Aims: This study aimed to investigate associations between renal and extrarenal manifestations of mitochondrial diseases and their natural history as well as predictors of renal disease severity and overall disease outcome. The secondary aim was to generate a protocol of presymptomatic assessment and monitoring of renal function in patients with a defined mitochondrial disease. Methods: A multicenter, retrospective cohort study was performed by the Mitochondrial Clinical and Research Network (MCRN). Patients of any age with renal manifestations associated with a genetically verified mitochondrial disease were included from 8 expert European centers specializing in mitochondrial diseases: Gothenburg, Oulu, Copenhagen, Bergen, Helsinki, Stockholm, Rotterdam, and Barcelona. Results: Of the 36 patients included, two-thirds had mitochondrial DNA-associated disease. Renal manifestations were the first sign of mitochondrial disease in 19%, and renal involvement was first identified by laboratory tests in 57% of patients. Acute kidney injury occurred in 19% of patients and was the first sign of renal disease in the majority of these. The most common renal manifestation was chronic kidney disease (75% with stage 2 or greater), followed by tubulopathy (44.4%), the latter seen mostly among patients with single large-scale mitochondrial DNA deletions. Acute kidney injury and tubulopathy correlated with worse survival outcome. The most common findings on renal imaging were increased echogenicity and renal dysplasia/hypoplasia. Renal histology revealed focal segmental glomerulosclerosis, nephrocalcinosis, and nephronophthisis. Conclusion: Acute kidney injury is a distinct renal phenotype in patients with mitochondrial disease. Our results highlight the importance to recognize renal disease as a sign of an underlying mitochondrial disease. Acute kidney injury and tubulopathy are 2 distinct indicators of poor survival in patients with mitochondrial diseases.
Mitochondrial diseases are a heterogeneous group of disorders caused by defects in the mitochondrial oxidative phosphorylation system. Multiple organs can be affected, especially those with high energy requirements, such as the central nervous system, skeletal muscle, heart, kidneys, and liver . Renal dysfunction may be the presenting feature of mitochondrial diseases, but is most commonly seen after the onset of neurological manifestations, often as part of a multisystem phenotype . The reported prevalence of renal involvement in mitochondrial diseases varies from 25 to 50% [3-5], and the underlying genetic etiology seems to play a role both in the varying prevalence and type of renal manifestations .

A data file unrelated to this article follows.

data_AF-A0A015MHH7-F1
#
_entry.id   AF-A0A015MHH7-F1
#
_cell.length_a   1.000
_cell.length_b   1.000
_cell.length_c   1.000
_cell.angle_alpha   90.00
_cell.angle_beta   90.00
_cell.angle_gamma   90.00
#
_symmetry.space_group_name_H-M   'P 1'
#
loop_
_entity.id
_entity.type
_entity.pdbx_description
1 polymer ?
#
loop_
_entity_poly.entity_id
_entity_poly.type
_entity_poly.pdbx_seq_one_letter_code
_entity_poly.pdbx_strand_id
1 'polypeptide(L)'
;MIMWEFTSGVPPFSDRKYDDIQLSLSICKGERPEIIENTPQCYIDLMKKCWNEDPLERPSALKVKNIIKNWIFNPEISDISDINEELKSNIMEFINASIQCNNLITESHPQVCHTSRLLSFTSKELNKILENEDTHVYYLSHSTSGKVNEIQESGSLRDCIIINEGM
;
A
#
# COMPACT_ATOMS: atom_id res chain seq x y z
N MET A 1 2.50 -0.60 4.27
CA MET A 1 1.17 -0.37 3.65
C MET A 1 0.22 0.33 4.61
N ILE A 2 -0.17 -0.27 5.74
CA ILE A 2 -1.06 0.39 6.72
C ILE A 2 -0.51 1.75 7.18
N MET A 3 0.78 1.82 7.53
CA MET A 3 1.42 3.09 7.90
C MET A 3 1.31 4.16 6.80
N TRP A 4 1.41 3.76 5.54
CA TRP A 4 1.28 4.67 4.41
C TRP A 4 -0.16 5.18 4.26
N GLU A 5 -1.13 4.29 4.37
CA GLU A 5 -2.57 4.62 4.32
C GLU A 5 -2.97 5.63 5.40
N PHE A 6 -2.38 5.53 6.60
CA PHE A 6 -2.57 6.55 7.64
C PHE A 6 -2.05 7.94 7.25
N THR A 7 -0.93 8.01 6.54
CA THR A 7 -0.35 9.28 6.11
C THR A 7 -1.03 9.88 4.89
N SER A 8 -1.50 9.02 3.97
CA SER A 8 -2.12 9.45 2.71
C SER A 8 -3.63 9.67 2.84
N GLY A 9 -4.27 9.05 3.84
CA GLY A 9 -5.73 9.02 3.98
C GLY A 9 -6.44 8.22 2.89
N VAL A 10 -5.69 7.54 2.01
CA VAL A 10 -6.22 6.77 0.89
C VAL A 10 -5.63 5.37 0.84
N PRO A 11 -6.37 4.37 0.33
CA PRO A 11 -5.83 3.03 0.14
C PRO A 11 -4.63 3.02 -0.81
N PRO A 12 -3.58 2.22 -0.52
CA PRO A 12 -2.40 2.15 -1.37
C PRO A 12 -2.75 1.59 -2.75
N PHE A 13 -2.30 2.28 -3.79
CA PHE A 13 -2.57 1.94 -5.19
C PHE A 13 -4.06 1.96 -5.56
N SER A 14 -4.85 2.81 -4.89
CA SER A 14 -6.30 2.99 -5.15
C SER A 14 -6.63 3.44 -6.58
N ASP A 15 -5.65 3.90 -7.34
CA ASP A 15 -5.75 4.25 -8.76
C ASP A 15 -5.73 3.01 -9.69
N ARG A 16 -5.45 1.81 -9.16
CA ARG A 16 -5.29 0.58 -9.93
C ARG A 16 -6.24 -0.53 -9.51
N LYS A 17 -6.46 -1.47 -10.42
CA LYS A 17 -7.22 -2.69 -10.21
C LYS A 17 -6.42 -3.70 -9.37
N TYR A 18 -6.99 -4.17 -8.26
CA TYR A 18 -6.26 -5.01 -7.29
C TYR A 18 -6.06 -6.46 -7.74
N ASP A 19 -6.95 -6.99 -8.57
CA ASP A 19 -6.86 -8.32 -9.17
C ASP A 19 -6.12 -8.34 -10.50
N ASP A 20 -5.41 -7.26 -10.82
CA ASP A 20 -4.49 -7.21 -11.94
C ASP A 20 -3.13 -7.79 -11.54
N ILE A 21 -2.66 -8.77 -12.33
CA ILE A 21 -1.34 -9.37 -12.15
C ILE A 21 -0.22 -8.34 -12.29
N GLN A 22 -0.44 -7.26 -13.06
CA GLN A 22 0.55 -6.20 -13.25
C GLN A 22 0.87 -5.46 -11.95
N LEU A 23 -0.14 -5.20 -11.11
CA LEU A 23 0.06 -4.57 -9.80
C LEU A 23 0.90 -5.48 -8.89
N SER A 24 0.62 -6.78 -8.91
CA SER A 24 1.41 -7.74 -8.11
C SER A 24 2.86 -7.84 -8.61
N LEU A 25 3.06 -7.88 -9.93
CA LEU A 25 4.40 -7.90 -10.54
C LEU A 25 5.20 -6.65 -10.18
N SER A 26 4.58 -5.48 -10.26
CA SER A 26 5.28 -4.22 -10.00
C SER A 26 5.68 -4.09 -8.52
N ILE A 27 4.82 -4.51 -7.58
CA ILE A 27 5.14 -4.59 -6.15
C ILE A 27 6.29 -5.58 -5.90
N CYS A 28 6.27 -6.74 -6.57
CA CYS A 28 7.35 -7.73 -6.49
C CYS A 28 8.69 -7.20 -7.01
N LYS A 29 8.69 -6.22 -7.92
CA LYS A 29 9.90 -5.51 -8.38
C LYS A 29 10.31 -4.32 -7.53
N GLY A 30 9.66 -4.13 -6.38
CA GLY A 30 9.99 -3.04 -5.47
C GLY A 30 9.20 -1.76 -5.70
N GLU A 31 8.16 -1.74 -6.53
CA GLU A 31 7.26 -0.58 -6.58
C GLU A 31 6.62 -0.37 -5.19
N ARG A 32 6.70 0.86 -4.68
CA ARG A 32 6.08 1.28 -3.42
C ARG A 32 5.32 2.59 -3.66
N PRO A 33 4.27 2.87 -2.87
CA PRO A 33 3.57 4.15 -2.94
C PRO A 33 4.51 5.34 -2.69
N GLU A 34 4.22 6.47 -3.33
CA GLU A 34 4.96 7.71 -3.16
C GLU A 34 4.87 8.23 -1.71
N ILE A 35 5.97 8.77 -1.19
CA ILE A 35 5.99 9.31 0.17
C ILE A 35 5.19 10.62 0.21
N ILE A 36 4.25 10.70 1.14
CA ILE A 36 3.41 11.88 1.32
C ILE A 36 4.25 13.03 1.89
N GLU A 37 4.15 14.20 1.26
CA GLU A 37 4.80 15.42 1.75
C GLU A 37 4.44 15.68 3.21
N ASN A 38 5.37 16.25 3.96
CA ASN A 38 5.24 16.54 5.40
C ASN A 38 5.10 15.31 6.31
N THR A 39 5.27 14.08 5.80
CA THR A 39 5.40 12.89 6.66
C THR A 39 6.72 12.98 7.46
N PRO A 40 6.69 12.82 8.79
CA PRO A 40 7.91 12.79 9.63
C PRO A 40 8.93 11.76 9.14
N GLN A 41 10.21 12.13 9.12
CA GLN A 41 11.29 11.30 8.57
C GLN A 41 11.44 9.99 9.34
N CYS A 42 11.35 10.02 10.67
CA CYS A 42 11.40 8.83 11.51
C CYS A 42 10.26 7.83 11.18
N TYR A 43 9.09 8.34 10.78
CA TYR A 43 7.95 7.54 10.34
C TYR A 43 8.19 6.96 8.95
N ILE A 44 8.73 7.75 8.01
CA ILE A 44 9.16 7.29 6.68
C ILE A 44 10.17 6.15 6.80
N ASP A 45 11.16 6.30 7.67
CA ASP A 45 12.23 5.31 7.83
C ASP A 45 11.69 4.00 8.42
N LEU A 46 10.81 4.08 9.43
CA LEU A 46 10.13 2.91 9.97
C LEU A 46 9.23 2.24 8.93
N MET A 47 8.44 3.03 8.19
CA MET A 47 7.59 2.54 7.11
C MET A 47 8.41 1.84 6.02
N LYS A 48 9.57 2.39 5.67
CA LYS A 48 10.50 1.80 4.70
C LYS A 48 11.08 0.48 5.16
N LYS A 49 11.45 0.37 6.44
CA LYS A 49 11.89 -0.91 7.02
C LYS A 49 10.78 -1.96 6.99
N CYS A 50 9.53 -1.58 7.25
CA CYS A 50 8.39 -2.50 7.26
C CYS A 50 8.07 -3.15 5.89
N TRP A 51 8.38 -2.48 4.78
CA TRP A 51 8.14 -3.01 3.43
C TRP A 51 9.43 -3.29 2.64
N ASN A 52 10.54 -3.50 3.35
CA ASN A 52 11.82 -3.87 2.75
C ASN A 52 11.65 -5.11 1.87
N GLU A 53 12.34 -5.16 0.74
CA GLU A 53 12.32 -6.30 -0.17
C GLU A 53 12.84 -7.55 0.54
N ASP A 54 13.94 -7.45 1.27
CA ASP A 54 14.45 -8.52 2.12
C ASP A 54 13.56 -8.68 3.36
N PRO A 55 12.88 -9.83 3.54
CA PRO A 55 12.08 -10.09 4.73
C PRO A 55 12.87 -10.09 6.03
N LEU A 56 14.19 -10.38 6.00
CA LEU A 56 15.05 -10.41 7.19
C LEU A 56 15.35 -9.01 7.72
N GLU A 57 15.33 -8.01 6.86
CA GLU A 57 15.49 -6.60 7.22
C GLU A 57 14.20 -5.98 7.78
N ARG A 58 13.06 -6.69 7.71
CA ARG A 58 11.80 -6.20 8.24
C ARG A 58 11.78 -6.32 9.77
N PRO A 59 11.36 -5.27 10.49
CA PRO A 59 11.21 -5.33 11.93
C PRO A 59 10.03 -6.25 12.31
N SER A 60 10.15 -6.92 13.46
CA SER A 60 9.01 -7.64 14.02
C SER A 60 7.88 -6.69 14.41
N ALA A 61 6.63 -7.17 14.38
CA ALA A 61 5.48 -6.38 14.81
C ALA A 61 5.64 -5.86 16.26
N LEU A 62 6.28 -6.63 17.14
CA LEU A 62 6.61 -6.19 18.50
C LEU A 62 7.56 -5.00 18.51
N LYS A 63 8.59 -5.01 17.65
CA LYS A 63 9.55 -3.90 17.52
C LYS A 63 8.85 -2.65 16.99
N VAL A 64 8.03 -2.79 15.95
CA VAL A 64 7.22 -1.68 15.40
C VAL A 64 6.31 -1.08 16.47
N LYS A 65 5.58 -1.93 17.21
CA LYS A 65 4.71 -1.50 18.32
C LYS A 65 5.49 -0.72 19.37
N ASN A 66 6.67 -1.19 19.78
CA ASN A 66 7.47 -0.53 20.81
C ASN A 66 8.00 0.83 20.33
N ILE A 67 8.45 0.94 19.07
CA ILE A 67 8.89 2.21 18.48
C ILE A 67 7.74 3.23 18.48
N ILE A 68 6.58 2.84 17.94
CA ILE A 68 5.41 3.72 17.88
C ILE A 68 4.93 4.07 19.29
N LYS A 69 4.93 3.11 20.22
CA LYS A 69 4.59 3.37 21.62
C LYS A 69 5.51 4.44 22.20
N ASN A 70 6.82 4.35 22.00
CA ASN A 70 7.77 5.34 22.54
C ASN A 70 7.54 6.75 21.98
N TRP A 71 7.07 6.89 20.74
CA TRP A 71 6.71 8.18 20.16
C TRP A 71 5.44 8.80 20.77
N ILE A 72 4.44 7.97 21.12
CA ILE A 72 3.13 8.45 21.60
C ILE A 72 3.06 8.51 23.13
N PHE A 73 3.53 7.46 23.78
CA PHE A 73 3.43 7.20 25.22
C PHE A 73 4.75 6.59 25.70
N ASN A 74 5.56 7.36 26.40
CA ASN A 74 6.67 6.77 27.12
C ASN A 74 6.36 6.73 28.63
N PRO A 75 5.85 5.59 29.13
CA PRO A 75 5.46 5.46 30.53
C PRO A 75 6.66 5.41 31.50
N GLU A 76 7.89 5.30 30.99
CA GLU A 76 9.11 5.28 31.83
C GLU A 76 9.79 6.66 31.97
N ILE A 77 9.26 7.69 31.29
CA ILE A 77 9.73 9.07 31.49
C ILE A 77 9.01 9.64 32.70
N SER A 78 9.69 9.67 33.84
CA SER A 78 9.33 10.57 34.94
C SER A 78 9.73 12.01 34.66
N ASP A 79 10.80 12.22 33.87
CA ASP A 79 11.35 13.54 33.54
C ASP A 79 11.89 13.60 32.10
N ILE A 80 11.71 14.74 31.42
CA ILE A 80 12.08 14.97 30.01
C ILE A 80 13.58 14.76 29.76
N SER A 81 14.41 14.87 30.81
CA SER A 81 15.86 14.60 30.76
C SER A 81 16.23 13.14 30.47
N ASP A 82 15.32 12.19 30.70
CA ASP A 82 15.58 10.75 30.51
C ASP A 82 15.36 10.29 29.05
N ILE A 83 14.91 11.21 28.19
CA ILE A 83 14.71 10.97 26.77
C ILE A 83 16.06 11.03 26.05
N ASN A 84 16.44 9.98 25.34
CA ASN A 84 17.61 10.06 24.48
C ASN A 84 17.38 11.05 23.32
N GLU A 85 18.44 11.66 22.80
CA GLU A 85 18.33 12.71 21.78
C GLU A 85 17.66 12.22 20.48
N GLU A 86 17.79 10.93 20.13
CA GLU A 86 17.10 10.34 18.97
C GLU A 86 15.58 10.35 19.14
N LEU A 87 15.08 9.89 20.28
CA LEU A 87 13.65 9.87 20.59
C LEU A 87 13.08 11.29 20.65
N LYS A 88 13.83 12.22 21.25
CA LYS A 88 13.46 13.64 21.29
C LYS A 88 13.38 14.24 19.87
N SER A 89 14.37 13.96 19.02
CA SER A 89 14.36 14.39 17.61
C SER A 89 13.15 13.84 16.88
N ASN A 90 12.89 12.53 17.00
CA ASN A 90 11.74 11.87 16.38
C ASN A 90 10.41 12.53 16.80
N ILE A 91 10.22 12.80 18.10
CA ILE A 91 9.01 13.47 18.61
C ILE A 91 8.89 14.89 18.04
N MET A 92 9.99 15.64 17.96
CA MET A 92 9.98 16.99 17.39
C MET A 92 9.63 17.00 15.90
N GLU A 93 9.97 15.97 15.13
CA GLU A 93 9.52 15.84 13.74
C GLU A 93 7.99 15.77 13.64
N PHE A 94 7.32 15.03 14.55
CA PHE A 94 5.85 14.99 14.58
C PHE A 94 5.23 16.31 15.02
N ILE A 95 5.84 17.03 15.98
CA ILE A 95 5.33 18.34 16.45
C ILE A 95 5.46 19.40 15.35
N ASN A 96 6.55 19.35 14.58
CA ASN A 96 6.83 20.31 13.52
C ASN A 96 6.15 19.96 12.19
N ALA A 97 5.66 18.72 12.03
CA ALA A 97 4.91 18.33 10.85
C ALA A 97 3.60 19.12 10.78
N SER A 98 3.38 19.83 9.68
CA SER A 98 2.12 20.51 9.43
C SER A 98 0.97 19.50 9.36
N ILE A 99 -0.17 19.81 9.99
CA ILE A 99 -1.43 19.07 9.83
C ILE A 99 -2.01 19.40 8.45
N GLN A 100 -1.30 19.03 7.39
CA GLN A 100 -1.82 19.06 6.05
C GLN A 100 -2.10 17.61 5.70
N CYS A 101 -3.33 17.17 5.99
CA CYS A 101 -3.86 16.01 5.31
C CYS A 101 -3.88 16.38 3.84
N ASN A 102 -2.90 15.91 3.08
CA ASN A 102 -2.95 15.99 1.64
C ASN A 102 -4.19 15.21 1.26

Reported renal manifestations of mitochondrial diseases include tubular dysfunction, interstitial nephritis, nephrotic syndrome, cystic disease, and end-stage renal failure [2, 3, 6, 7]. Proximal tubulopathy is the commonest phenotype in childhood-onset mitochondrial disease and can be associated with both nuclear DNA (nDNA) variants and large-scale mitochondrial DNA (mtDNA) deletions [6, 8]. Apparently, the high energy requirements and the inability to synthesize adenosine triphosphate anaerobically from glycolysis make proximal tubular cells extremely vulnerable to energy crisis secondary to mitochondrial dysfunction .
Severe tubular dysfunction, known as de Toni-Debré-Fanconi syndrome, occurs in patients with mtDNA deletion syndromes such as Kearns-Sayre and Pearson syndrome . This syndrome is characterized by renal tu-bular acidosis, hyperphosphaturia, glycosuria, and generalized aminoaciduria with low-molecular-weight proteinuria [3, 6]. mtDNA point mutations such as m.3243A>G that cause mitochondrial encephalomyopathy, lactic acidosis and stroke-like episodes, and maternally inherited diabetes and deafness have been mostly associated with phenotypes such as tubulointerstitial nephritis, focal segmental glomerulosclerosis, and progressive renal failure [8, 10]. The renal phenotype of nDNA-associated mitochondrial disease is more diverse .
As mitochondrial diseases are often multisystemic and associated with severe neurological phenotypes, renal manifestations can go undetected until the renal symptoms are severe, or the patient has developed end-stage renal failure. Recognizing an underlying mitochondrial disease when renal symptoms occur first or alone can be equally difficult. Currently, there are few cohort studies available to inform our practice [3-5], the majority being clinical case reports and reviews. Therefore, we undertook this multinational cohort study to investigate associations between renal and extrarenal onset of mitochondrial disease, the natural history of renal manifestations, and predictors of renal disease severity and overall disease outcome. On the basis of our results, we propose a protocol for the assessment and monitoring of renal function in presymptomatic patients with known mitochondrial disease.